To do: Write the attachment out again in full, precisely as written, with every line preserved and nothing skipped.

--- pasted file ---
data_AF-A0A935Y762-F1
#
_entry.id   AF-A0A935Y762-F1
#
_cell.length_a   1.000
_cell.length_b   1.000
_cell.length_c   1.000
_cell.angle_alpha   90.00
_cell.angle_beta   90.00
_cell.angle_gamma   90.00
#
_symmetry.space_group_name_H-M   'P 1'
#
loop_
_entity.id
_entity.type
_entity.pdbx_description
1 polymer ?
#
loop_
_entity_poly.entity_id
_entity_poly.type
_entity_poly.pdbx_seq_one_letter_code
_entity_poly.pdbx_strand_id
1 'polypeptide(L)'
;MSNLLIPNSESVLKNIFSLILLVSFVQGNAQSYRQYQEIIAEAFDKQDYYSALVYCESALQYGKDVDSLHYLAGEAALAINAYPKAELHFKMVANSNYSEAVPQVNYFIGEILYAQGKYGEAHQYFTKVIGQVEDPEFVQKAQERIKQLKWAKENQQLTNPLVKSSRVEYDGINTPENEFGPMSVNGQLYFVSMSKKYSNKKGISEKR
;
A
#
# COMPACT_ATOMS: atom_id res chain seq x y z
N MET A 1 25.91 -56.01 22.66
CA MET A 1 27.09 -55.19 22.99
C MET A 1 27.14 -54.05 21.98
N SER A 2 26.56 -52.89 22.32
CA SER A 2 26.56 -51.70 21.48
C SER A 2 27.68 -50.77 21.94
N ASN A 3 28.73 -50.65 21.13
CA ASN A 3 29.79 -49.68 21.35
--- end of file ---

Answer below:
data_AF-A0A935Y762-F1
#
_entry.id   AF-A0A935Y762-F1
#
_cell.length_a   1.000
_cell.length_b   1.000
_cell.length_c   1.000
_cell.angle_alpha   90.00
_cell.angle_beta   90.00
_cell.angle_gamma   90.00
#
_symmetry.space_group_name_H-M   'P 1'
#
loop_
_entity.id
_entity.type
_entity.pdbx_description
1 polymer ?
#
loop_
_entity_poly.entity_id
_entity_poly.type
_entity_poly.pdbx_seq_one_letter_code
_entity_poly.pdbx_strand_id
1 'polypeptide(L)'
;MSNLLIPNSESVLKNIFSLILLVSFVQGNAQSYRQYQEIIAEAFDKQDYYSALVYCESALQYGKDVDSLHYLAGEAALAINAYPKAELHFKMVANSNYSEAVPQVNYFIGEILYAQGKYGEAHQYFTKVIGQVEDPEFVQKAQERIKQLKWAKENQQLTNPLVKSSRVEYDGINTPENEFGPMSVNGQLYFVSMSKKYSNKKGISEKR
;
A
#
# COMPACT_ATOMS: atom_id res chain seq x y z
N MET A 1 25.91 -56.01 22.66
CA MET A 1 27.09 -55.19 22.99
C MET A 1 27.14 -54.05 21.98
N SER A 2 26.56 -52.89 22.32
CA SER A 2 26.56 -51.70 21.48
C SER A 2 27.68 -50.77 21.94
N ASN A 3 28.73 -50.65 21.13
CA ASN A 3 29.79 -49.68 21.35